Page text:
Continue Reading

Outside TemperatureIsn’t it easier to point out the wrongdoings of others and tell people what to do, rather than be a part of the solution?

My wife and I have noticed this in our children—they love playing the victim. So whenever there’s conflict, instead of figuring it out themselves, they come to us crying out “injustice!”

I wonder where they learned that from? I knew I never should’ve let them watch Sesame Street…

In order to fix this attitude, a few days ago, my wife began teaching them the difference between being bossy and being a leader. Here’s the difference:

  • Bossy people point out the wrongdoings of others, expect others to fix their issues, and are never wrong.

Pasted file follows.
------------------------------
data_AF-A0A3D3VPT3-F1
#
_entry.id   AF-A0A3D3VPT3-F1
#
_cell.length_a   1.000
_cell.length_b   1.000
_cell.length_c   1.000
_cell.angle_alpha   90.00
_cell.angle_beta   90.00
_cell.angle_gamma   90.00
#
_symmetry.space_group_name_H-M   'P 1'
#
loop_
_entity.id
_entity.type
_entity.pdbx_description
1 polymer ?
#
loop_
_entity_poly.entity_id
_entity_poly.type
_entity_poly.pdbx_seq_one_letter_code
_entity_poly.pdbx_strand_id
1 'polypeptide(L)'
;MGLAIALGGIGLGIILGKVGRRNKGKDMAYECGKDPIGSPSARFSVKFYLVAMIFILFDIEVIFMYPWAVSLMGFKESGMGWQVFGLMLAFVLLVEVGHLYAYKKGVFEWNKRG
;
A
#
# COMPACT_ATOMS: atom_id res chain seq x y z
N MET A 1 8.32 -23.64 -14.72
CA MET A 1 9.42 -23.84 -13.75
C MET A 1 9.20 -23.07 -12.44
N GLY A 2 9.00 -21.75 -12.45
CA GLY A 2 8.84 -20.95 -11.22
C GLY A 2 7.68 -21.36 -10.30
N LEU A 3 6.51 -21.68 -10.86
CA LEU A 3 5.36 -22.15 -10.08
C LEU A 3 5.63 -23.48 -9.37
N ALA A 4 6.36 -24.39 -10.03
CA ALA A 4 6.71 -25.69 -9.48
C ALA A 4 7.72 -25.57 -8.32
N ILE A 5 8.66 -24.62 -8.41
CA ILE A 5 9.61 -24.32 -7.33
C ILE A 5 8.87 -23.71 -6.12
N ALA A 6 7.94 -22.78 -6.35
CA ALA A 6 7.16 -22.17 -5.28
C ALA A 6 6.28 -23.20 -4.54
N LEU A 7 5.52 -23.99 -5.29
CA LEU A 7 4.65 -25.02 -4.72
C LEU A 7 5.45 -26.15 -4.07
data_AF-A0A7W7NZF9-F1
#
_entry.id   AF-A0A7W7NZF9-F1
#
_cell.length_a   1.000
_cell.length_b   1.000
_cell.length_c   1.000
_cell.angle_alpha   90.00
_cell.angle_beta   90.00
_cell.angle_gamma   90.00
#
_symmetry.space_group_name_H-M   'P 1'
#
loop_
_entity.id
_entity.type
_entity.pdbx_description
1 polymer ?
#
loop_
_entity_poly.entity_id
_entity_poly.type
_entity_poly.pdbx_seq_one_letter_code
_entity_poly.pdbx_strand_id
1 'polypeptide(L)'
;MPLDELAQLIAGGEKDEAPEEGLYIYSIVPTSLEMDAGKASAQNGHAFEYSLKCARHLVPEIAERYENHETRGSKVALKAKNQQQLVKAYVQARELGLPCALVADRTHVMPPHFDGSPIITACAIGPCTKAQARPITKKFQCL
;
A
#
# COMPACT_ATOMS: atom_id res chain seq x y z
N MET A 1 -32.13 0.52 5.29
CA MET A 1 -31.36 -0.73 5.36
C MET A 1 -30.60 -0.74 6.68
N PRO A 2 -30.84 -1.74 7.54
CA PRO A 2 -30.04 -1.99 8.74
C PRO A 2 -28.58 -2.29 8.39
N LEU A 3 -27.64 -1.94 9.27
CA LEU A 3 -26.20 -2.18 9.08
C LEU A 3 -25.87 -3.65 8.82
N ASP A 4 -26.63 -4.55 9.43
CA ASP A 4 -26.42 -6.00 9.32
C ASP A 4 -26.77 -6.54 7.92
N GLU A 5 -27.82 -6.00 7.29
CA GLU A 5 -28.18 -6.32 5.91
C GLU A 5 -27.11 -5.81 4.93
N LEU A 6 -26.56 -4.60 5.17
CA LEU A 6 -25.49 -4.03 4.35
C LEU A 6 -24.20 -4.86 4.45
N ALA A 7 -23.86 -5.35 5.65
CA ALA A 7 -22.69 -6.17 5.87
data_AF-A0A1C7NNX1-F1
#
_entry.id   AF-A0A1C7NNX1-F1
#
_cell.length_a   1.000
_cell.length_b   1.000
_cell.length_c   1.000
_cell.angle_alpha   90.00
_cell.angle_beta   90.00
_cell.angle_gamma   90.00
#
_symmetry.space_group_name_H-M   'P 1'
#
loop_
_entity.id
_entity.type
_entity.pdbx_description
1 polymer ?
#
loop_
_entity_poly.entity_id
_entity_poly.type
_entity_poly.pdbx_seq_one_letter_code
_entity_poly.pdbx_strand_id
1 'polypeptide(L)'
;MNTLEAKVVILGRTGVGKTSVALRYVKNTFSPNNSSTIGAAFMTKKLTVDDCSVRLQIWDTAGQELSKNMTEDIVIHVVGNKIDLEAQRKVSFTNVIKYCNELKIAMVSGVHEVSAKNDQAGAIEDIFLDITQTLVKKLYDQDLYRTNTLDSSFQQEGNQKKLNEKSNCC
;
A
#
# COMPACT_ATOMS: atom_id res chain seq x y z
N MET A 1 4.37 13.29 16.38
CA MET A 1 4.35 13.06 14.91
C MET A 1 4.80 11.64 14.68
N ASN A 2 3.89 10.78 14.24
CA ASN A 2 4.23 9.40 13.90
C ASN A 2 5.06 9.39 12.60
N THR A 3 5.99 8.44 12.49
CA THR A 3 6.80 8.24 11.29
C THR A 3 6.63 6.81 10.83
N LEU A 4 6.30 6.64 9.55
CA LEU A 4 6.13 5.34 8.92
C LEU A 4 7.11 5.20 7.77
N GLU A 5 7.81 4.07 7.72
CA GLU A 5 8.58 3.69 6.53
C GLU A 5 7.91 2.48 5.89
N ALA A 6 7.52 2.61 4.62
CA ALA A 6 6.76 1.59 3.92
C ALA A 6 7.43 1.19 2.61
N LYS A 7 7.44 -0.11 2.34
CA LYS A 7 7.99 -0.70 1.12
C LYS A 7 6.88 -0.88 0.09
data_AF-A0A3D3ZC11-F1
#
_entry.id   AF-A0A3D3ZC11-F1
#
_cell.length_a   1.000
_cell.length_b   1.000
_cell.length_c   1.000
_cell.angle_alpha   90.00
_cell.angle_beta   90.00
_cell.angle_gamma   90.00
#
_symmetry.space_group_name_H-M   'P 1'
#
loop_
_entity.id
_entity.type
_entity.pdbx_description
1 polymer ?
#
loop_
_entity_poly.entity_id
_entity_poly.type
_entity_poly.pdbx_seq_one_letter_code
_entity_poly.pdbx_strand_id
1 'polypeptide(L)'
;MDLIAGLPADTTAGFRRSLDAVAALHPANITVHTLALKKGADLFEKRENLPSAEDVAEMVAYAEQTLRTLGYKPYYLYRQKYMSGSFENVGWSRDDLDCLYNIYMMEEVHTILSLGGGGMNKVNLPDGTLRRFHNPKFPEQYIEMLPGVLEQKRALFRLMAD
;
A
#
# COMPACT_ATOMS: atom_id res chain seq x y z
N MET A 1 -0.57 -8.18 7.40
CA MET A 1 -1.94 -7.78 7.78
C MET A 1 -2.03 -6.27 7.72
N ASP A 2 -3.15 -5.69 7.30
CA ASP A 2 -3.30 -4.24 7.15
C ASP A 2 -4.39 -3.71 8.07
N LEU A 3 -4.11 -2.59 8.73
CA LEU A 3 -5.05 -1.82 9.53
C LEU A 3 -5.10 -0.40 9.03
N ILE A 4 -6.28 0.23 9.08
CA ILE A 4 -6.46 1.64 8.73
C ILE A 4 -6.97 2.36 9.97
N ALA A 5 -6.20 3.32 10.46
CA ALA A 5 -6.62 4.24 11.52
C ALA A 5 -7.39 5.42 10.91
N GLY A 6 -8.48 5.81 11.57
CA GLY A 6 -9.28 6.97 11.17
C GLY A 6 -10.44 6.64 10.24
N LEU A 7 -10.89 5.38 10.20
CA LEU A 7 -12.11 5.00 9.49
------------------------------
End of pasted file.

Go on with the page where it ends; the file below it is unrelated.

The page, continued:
• Leaders take responsibility for situations, don’t dwell on problems, focus on solutions, and make change happen.

As I was reflecting on this new paradigm of parenting (my wife is amazing by the way), I couldn’t help but notice the similarities that it had with thermometers and thermostats. Let me explain:

  • Thermometers point out what currently is, expect others to do something with that information, and they provide us with the standard—they are never wrong. Thermometers are indicators.
  • Thermostats, on the other…

    Continue Reading